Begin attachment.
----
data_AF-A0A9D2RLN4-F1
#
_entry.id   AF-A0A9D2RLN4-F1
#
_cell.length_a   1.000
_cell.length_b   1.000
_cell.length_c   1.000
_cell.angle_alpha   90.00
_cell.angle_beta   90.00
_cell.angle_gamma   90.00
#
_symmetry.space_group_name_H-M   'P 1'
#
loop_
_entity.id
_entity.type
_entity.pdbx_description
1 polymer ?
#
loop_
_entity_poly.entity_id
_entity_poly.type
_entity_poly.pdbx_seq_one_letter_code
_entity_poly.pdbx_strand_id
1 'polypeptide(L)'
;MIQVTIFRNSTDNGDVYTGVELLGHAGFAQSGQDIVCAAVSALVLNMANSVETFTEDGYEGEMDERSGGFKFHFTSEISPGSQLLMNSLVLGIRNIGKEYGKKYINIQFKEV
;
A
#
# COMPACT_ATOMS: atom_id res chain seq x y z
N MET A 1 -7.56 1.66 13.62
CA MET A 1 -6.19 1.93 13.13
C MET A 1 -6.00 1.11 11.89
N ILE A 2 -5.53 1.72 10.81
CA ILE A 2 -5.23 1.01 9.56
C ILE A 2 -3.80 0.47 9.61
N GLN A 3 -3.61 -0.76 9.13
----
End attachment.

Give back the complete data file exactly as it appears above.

data_AF-A0A9D2RLN4-F1
#
_entry.id   AF-A0A9D2RLN4-F1
#
_cell.length_a   1.000
_cell.length_b   1.000
_cell.length_c   1.000
_cell.angle_alpha   90.00
_cell.angle_beta   90.00
_cell.angle_gamma   90.00
#
_symmetry.space_group_name_H-M   'P 1'
#
loop_
_entity.id
_entity.type
_entity.pdbx_description
1 polymer ?
#
loop_
_entity_poly.entity_id
_entity_poly.type
_entity_poly.pdbx_seq_one_letter_code
_entity_poly.pdbx_strand_id
1 'polypeptide(L)'
;MIQVTIFRNSTDNGDVYTGVELLGHAGFAQSGQDIVCAAVSALVLNMANSVETFTEDGYEGEMDERSGGFKFHFTSEISPGSQLLMNSLVLGIRNIGKEYGKKYINIQFKEV
;
A
#
# COMPACT_ATOMS: atom_id res chain seq x y z
N MET A 1 -7.56 1.66 13.62
CA MET A 1 -6.19 1.93 13.13
C MET A 1 -6.00 1.11 11.89
N ILE A 2 -5.53 1.72 10.81
CA ILE A 2 -5.23 1.01 9.56
C ILE A 2 -3.80 0.47 9.61
N GLN A 3 -3.61 -0.76 9.13